It has become increasingly difficult for many people to purchase a home. When you compare the average income growth and property price growth in the UK over the last year, it’s not hard to see this. Those numbers can make the situation seem rather dire.
However, the solution to this problem could be a shared ownership scheme. In this article, we will look at what a shared ownership scheme is and the pros and cons of entering into one. This will help you decide if it’s a suitable option for you.
How A Shared Ownership Scheme Works?
A shared ownership scheme is a programme run by social registered landlords or housing associations to help buyers with limited resources enter the property market. How they work is by allowing people to purchase a share of the property they will live in and only pay rent on the remainder of shares they do not own.
The remainder of the shares is usually available for purchase at any point during the tenure of the lease (which can be up to 250 years). This means that if you enter into a shared ownership scheme, it is possible to eventually own the property. However, some organisations limit the maximum share to an amount under 100%, e.g. 75%.
You can purchase the remainder of the property through something called “staircasing”. Owner-occupiers can purchase the rest of the property in parts, getting one step (hence, staircase) closer to owning the whole property.
Who Can Buy A Property Via Shared Ownership Scheme?
While the scheme is a great way for people to be able to purchase property more easily, there are limitations on who qualifies. Certain organisations only provide this housing option to people who fit certain demographics.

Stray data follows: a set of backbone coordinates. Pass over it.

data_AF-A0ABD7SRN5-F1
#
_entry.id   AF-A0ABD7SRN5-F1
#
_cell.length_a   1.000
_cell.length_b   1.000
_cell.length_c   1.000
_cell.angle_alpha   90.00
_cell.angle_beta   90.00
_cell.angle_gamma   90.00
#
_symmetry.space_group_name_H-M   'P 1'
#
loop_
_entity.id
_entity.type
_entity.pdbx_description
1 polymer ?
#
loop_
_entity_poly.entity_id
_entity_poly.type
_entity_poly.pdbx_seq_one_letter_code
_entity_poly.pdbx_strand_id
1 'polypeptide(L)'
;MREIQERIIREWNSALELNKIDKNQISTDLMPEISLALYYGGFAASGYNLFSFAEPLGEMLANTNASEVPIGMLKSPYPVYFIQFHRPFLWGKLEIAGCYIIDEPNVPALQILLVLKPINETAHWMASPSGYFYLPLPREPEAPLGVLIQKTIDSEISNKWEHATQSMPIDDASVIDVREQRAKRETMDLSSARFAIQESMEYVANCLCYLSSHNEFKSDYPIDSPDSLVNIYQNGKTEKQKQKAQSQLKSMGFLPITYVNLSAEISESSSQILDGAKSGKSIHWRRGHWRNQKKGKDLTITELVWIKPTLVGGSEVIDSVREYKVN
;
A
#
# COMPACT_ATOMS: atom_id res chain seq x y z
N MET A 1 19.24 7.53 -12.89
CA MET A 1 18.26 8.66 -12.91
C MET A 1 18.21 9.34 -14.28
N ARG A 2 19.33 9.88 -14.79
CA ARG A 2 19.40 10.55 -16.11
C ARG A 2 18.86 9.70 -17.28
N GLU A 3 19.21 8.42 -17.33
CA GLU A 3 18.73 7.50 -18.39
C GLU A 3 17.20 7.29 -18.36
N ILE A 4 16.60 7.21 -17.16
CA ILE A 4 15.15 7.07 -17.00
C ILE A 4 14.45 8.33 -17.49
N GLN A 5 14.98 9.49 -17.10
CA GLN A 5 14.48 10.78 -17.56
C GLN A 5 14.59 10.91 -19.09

For example, there are organisations that provide shared ownership options for people with disabilities or older people. However, people who fit these criteria also have to fit broader criteria that are applicable to all organisations.
Largely, the criteria is a matter of affordability. Households with an annual income of less than £80 000 (if you live outside of London) could qualify. If you live in London, this number is £90 000.
You will also still be required to have financial checks run as you would when applying for any other loan or mortgage. However, with a shared ownership scheme, your mortgage will be smaller and so your affordability will likely be better. Other expenses, like the rent you will need to pay, will also be factored in.
The Pros And Cons Of Shared Ownership
In concept, a shared ownership scheme seems like a great solution for people who might otherwise not be able to afford to buy a property. While this may be true, there are advantages and disadvantages to these schemes in practice. Let us take a look at the main ones here.
Pros of shared ownership
The main advantage of a shared ownership scheme is that it can make purchasing a home more affordable. Because of the smaller mortgage you need, your deposit is also much smaller. The rent that you pay is competitive and is no more than 3% of the remaining share value (that you don’t own) per annum. Private rentals are often more expensive than shared ownership agreements.
Shared ownership opens you up to the opportunity to save and pay off a mortgage quicker than if you were to buy a house using the traditional route. A smaller mortgage means smaller instalments. If you manage your money well and can save a little along the way, you’ll be well on your way to purchasing more shares. With shared ownership, you can purchase the property in smaller, more manageable parts.